July 14, 2020

Postcards from a frozen icebreaker — Part 32

Posted by larryohanlon

By Matthew Shupe

6/15/20 Persistence
I saw our flux station today, the one that’s been operating at the MOSAiC floe. A window of favorable flight conditions allows Markus and I to fly out to explore the floe and assess the conditions. We’ve been pouring over satellite images, identifying different ice floes in the area. In some images it is possible to see the track of Polarstern as it left the area a month ago. We’ve been able to match up these images with laser scanner surveys done via helicopter before the Leg 3 people left this area. It appears that not much has changed. So, armed with some of these maps of the area, and the latest GPS coordinates from our drifting flux station, we headed out with the helicopter.

Our first solid reference came when we found the “Monster,” which is a large buoy installation that was on the edge of camp. Then some smaller stations for measuring ice temperature and optics… then, there in the distance, was our flux station. Standing proud. I knew it would be there because I’ve been tracking the data… But somehow still, the visual contact was so relieving. That station is so important for the science I’d like to accomplish out here. It has been tracking the melt onset in splendid fashion. The data look great. And indeed there were local signs of the melt season coming. Shapes in the area, in light blue, but then masked again in a thin white layer of snow. There has been periodic melt and the water flows to the low spots on the ice to form ponds. But in the last few days the atmosphere cooled off a bit, such that the melting slowed or stopped. And the melt water may have frozen over again in some spots. And then the fresh snow on top again increases the surface albedo to the point that it diminishes the amount of sunlight being taken up by the surface.

Autonomous Flux Station on broken MOSAiC floe. Photo taken from Helicopter. Photo: Markus Rex/AWI

I’m so happy to have a station closely watching this process unfold. Further to the north we found a pile of wood that used to be near the ship. And then, way further north, the Met Hut. Or at least its remains. The hut has been snapped in half and is now sitting in a pond about 1 foot deep. This pond was apparently formed by the subduction of one chunk of ice below another, such that the water is likely salty instead of actual melt water. In any case, we will be headed there at some point to recover these pieces, and possibly use them to build a scaled down version of a hut for our new installation.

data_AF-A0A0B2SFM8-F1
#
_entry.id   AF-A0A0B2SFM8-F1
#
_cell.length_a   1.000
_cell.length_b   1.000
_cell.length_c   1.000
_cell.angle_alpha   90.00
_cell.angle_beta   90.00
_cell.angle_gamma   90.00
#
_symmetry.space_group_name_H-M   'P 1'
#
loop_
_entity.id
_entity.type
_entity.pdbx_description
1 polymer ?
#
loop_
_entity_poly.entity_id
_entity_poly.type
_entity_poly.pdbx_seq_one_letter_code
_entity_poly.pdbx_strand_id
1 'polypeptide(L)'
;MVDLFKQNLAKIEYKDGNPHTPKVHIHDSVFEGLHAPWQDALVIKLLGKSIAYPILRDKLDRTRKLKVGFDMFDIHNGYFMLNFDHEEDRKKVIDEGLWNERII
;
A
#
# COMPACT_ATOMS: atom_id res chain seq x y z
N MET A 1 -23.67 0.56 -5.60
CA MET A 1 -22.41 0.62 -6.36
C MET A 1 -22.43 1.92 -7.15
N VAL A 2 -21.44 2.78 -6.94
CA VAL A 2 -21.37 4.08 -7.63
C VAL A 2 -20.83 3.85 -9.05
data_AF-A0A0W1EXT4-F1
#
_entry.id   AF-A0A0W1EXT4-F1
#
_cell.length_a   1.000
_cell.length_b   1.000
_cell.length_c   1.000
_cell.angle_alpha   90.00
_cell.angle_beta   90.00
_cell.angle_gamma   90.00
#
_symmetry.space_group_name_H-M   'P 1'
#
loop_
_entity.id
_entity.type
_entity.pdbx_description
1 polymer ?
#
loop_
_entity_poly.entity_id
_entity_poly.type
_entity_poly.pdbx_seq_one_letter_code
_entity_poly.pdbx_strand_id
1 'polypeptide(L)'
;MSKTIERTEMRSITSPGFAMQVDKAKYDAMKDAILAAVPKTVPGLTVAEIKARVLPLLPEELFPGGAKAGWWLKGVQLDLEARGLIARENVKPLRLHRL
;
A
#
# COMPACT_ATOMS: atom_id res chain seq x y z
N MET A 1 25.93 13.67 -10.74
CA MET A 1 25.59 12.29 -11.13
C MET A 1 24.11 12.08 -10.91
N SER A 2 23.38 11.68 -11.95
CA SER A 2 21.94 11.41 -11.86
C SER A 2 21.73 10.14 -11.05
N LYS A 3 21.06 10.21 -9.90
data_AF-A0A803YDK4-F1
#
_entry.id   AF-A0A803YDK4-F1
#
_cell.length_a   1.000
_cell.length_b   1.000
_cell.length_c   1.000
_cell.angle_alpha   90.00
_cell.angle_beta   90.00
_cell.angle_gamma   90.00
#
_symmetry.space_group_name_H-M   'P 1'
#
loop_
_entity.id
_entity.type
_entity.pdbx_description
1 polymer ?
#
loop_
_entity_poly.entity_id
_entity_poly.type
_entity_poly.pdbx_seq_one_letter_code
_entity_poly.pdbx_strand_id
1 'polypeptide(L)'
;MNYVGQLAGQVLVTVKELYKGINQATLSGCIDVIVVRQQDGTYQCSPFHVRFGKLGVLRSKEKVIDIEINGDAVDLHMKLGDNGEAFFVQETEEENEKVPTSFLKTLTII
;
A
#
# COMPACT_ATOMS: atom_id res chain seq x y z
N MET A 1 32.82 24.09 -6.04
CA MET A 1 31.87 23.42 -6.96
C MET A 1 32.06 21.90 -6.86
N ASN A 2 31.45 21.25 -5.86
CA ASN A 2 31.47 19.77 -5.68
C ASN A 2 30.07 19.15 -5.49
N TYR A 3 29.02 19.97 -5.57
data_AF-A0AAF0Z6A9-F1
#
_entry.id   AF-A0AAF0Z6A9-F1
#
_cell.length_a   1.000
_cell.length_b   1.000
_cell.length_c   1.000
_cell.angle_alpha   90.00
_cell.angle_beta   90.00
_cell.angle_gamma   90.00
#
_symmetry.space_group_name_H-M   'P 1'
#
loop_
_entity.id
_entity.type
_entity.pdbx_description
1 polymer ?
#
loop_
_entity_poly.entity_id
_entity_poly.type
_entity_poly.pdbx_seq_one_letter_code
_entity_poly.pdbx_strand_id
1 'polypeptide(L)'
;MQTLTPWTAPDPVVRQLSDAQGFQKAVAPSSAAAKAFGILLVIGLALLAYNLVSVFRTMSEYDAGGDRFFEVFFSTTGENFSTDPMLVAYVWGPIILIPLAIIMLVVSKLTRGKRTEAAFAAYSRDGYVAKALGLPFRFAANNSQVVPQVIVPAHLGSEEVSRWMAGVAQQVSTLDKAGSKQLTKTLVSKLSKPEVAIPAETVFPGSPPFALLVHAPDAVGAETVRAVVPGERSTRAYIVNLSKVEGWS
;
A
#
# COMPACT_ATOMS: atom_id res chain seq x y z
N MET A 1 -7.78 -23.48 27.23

We flew all around the remaining part of the Fortress. The main part is still intact and in good shape. Very ridged. And seemingly quite dirty. The edges of the forming melt ponds are darker. The suggestion is that this is sediment that is common in the ice that forms on the Siberian shelf. We will have to explore this point further once on the ground. And it will be important to discuss with the different science teams how their science meshes with this current floe. We have the benefit of long term measurements at this floe, and continuity is important. But is this floe too dirty? Is it too ridged? Is it too small? Great topics to discuss. Ideally we continue our measurements in a way that can be “representative” of the current Arctic. Clearly the coming days will be important for making this decision.

Read more of Shupe’s posts here

Scientist Matthew Shupe (CIRES/University of Colorado Boulder) is blogging from an icebreaker frozen into Arctic Ocean sea ice, so far north that the Northern Lights are no longer visible. Shupe is co-coordinator of the international Arctic climate mission MOSAiC, or Multidisciplinary Drifting Observatory for the Study of Arctic Climate. Today, he’s among about 100 people aboard the German icebreaker Polarstern. Shupe, who also works for the NOAA Physical Sciences Division in Boulder, Colorado, began planning the mission more than a decade ago, with an expanding network of scientific leaders from around the world. In a series of short posts from the ship, he shares his experience of the expedition, led by the Alfred Wegener Institute. U.S. funding for MOSAiC sciences comes primarily from the National Science Foundation and the Department of Energy. Follow the expedition: https://follow.mosaic-expedition.org/ and @MOSAiCArctic.